It’s an alltime favorite and in my opinion one of the best Best Picture winners you’ll find out there. Some dislike it because they prefer Sunset Blvd., but I say: love them both, just like I do. All About Eve is all about celebrating: actors, theatre, women and their strong personalities and it’s a film that succeeds in all aspects.
Anne Baxter plays Eve Harrington, an apparently innocent young woman with an undying passion for theatre and especially for theatre legend Margo Channing. When the actress welcomes her into her life, Eve subtly and almost efficiently attempts to take over her man, her writer and her next role. This is the character that inspired so many similar ones in the last 6 decades: the plotting & deceiving bitch stealing the spotlight from the aging actress.
And Anne does a good job, considering the responsibility. I would actually dare to say that she might actually have the most difficult lines of the screenplay, especially in the first part of the film, when she’s pretending to be the good girl and has a long cheesy melodramatic monologue. We are not talking bad writing, but the uncomfortable, clichéd material than Anne needs to go through in order to create the impression that Eve is delivering the perfect lie.
To explain: Anne Baxter is playing Eve who goes through most of the film pretending to be someone she isn’t. Eve is not the innocent girl, but we believe that she is because Anne perfectly manages to joggle between perfectly-calculated acting and letting herself loose at times. Eve’s innocence and good intentions are all believable due to Anne’s well-thought grip on the character.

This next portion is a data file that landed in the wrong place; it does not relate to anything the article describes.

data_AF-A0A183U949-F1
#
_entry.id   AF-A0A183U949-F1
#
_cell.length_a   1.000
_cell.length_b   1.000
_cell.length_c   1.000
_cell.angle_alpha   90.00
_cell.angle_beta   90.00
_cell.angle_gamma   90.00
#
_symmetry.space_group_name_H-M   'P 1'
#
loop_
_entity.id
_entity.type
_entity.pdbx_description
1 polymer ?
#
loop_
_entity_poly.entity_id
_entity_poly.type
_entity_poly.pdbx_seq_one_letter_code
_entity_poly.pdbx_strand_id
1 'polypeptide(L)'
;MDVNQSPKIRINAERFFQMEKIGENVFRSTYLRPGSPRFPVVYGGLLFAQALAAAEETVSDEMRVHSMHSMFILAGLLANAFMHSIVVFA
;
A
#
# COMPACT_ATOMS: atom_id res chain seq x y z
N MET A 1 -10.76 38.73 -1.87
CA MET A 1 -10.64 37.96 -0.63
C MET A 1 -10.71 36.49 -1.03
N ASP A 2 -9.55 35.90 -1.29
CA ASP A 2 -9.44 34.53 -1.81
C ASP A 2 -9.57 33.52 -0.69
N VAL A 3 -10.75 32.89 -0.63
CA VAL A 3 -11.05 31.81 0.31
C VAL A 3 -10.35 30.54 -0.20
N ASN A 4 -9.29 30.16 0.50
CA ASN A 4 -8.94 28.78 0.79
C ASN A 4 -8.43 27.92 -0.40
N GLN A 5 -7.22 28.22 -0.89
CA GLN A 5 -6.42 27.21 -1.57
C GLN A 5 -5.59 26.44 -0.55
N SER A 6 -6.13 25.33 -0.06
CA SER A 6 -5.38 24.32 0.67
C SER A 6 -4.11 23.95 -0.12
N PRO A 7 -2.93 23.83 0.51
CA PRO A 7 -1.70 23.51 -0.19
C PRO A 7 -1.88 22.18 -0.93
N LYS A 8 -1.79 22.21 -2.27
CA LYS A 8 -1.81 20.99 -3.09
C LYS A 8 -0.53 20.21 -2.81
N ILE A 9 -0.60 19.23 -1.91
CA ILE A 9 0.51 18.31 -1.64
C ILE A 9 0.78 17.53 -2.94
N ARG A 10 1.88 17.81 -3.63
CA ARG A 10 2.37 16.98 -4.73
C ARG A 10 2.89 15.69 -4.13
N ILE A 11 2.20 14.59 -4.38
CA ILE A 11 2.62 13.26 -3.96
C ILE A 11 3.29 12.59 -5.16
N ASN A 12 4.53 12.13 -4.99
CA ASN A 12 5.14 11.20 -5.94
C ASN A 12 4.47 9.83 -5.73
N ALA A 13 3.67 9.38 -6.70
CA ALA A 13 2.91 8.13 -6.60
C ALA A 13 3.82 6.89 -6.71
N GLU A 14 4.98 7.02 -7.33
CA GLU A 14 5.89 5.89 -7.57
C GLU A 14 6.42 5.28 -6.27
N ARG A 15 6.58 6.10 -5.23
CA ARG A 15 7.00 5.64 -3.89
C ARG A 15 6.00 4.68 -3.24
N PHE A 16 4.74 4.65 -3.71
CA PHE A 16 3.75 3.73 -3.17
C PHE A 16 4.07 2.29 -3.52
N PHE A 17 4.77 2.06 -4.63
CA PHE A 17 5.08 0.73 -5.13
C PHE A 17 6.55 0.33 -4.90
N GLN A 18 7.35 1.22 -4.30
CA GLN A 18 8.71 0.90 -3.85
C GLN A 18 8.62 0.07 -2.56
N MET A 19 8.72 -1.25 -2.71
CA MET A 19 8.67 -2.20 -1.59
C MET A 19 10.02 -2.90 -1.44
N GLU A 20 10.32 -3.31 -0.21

However, the innocent Eve is so confident as a character, that I found myself often bored by her especially when she’s interacting with the other characters. She is not meant to be star of the film, at least in the first half, and guess what: she’s not. Yes, there are signs of wicked Eve early on and they’re fun to watch, but for 75% of the film I almost didn’t care about Eve. Despite the title, it’s mostly the Bette Davis show and it affects my capacity of seeing Anne’s performance as more than a regular good performance lost in the handful of terrific acting that All About Eve has to deliver.
And then there’s time for her to stand out. And I’ll hand to Anne: the hotel room scene in which Eve is forced by Addison to admit the truth is dynamite (!!!) and that scene itself justifies the nomination. As the real Eve comes to light, there’s finally time for best in show. She is so precise, so mean, so natural, so straight-forward, so different and ultimately so vulnerable. The hotel moment and her diva boredom in the last scene completely turn around the performance in a good way.
But even so: to me it’s an uneven performance because I wasn’t cheering for most of the film. For the biggest part, she is overshadowed by her co-stars, but when she is finally unleashed in the last 20-30 minutes of the film, I learn to love the performance and the precision that Anne Baxter brings to the performance. And how could I rate it? The hotel moment is a 5, but the overall performance from start to finish is a very strong .